Urte Macikene, Vice President Services at Edinburgh University Students’ Association (EUSA), is spearheading new efforts to rein in excessive student rents in the city.
The “Edinburgh Uni Cut the Rent” campaign, Macikene’s most recent foray into an area EUSA has identified as one of the key issues facing students in Edinburgh, is calling on the University to limit the cost of rooms in halls to 80 per cent of the annual Student Awards Agency for Scotland (SAAS) maintenance grant of £4,750.
It also aims for developers of student accommodation to designate 25 per cent of their new builds as “affordable”.
Under the Government’s new Private Tenancies Bill, the 25 per cent quota will apply to some accommodation developers, but the Bill’s language explicitly exempts student accommodation companies like Unite, which charge students up to £916 per month in rent.
Edinburgh has proven fertile ground for student accommodation companies, which benefit from a large market of students from moneyed families, lax regulation, and the Edinburgh City Council’s apparent lack of appetite for action on the issue.
In remarks to The Student, Macikene said: “Rent price inflation in Edinburgh over the last three years has been 17 per cent, an enormous amount compared to the Scotland-wide average of 3 per cent. 22 people are competing for every room in Edinburgh.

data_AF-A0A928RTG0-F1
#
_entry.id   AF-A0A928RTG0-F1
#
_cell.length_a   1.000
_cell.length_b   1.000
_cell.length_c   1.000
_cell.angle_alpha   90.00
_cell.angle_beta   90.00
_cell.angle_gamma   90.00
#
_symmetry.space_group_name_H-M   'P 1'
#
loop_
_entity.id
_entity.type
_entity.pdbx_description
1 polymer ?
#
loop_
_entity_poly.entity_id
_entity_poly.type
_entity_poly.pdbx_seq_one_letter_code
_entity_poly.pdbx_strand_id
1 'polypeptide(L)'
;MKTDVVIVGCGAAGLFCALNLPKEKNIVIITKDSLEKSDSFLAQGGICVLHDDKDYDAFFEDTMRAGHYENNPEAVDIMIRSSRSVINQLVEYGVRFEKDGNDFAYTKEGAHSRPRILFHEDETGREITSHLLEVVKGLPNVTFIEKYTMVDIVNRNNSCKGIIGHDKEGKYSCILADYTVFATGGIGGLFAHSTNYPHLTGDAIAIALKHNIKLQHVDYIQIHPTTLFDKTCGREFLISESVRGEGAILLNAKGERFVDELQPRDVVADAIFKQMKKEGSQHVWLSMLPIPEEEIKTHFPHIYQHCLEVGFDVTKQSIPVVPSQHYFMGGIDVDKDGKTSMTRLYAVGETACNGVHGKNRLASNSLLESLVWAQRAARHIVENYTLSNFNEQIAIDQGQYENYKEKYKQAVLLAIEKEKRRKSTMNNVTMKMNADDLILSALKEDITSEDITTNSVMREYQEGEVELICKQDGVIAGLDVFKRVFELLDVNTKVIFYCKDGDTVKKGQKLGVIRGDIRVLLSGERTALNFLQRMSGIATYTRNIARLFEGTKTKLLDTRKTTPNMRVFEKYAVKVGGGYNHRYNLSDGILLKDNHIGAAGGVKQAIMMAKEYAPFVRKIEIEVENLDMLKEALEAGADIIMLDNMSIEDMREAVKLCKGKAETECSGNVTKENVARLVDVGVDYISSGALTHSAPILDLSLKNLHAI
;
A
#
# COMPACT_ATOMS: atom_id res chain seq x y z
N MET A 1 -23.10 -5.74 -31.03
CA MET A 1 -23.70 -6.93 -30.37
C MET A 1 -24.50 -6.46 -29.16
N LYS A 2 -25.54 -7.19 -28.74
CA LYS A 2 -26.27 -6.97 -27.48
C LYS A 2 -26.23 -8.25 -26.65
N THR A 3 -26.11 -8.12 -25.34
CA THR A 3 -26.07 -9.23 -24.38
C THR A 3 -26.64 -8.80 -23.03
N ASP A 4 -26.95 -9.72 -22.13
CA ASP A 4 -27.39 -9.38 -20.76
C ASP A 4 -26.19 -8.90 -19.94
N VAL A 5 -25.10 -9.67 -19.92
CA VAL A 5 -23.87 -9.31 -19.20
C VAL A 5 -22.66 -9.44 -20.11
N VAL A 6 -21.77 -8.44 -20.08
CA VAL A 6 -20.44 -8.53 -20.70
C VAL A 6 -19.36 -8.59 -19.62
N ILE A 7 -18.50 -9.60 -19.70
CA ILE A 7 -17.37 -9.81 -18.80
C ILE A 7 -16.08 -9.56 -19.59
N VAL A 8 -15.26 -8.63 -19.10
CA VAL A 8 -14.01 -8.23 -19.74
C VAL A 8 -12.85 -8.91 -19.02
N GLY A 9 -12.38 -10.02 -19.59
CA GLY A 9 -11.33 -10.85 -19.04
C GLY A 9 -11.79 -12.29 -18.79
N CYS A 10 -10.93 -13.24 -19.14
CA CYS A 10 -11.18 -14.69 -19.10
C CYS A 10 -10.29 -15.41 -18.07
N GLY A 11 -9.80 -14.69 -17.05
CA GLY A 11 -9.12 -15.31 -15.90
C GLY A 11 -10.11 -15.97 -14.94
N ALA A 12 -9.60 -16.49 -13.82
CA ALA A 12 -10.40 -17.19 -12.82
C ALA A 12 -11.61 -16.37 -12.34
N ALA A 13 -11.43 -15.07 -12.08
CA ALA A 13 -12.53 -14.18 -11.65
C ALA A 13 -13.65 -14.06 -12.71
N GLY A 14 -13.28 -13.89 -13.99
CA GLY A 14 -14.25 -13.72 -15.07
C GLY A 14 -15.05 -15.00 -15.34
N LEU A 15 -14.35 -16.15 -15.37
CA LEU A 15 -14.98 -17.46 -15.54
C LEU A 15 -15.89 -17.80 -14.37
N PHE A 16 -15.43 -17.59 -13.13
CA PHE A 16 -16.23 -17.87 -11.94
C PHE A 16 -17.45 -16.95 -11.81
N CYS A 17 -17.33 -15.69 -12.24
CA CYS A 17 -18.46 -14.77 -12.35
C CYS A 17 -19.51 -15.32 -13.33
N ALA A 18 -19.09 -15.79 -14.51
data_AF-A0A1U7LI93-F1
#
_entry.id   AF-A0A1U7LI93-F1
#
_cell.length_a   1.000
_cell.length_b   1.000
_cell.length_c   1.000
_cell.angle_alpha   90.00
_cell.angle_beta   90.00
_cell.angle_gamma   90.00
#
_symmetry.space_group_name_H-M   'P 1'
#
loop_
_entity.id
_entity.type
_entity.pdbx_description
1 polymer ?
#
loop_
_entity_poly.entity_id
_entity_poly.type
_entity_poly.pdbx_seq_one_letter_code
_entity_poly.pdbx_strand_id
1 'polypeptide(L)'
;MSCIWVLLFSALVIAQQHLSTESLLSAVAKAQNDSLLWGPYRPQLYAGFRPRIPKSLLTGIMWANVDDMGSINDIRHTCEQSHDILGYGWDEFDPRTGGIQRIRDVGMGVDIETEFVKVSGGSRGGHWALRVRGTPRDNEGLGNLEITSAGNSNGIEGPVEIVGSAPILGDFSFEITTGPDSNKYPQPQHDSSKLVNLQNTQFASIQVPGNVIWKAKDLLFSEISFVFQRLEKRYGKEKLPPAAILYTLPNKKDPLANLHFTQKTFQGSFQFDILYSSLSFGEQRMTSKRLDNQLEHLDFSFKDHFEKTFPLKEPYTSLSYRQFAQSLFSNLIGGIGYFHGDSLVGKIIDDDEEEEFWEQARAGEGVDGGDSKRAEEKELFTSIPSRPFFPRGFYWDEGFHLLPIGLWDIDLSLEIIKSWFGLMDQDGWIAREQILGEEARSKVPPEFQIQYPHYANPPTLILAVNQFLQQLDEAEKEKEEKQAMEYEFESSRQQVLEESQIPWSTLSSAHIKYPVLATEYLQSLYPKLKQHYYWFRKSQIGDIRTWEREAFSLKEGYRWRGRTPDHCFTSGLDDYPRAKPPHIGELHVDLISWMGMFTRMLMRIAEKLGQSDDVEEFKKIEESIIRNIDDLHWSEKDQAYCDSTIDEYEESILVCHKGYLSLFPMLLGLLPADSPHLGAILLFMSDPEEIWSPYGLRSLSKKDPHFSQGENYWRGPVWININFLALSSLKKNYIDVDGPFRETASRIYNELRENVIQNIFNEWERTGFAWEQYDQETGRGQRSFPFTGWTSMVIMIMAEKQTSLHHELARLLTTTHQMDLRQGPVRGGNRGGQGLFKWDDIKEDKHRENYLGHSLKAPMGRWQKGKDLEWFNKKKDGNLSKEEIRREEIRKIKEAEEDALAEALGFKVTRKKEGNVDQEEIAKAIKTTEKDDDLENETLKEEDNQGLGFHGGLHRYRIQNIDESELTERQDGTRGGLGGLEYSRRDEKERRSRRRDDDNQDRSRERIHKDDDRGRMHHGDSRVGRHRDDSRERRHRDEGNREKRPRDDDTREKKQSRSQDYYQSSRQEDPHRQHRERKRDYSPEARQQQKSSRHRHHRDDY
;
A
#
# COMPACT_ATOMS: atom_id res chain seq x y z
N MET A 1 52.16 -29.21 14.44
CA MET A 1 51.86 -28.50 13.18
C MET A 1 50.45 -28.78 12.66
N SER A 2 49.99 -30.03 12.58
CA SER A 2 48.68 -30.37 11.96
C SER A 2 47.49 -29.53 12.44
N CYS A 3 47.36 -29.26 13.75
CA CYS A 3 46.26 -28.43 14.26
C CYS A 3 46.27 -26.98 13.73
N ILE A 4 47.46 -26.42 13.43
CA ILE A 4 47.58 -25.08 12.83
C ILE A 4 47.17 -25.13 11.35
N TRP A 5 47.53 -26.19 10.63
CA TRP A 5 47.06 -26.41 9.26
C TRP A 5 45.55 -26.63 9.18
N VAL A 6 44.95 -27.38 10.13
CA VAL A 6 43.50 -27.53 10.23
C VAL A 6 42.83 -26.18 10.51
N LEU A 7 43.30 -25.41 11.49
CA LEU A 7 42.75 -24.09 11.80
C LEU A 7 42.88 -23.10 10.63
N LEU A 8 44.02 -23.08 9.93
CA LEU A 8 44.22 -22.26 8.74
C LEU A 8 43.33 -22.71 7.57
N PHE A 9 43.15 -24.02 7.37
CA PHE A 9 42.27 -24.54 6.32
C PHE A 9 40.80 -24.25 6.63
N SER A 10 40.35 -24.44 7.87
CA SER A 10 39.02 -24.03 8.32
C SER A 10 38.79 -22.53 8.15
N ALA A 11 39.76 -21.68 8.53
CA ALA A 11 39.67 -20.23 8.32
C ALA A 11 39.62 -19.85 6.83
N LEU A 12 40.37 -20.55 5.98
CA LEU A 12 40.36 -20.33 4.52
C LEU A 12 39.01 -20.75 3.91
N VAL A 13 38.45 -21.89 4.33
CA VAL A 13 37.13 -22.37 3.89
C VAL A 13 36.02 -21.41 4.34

“Students, particularly international students, are one of the most vulnerable sectors in the housing market as they have little experience renting and often have no option but to take any housing available at the start of their course.”
Macikene accused the University and student accommodation companies of preying on students by charging rents that regularly meet or exceed the full SAAS maintenance grant, and announced a survey to launch as early as this week which would solicit students’ experiences renting in the city.
She said: “The baseline SAAS student support loan is £4,750 which amounts to £527/month during term-time. Meanwhile, the university is charging an average of £480/month for a single room for undergraduates, and £521/month for postgraduates.
“Private student housing developers are exploiting students even more brazenly, charging an average of £675/month for a room, while being exempt from city-wide regulations for 25 per cent affordable housing in new blocks of flats and the new Private Tenancies Bill with a host of regulations protecting tenants.”
Though her current campaign is more recent, Macikene has previously identified unreasonable rents as a defining problem in students’ lives at university.
In November 2015, she attempted to lobby Edinburgh City Council to adopt a definition of “affordable housing” which would encompass private companies dealing in student housing, thereby requiring such companies to adhere to mandatory quotas on affordable housing.
Edinburgh City Council, however, were unwilling to adopt such a definition, thus allowing companies such as Unite to ignore regulations on affordable accommodation.
Image credit: Dave Wood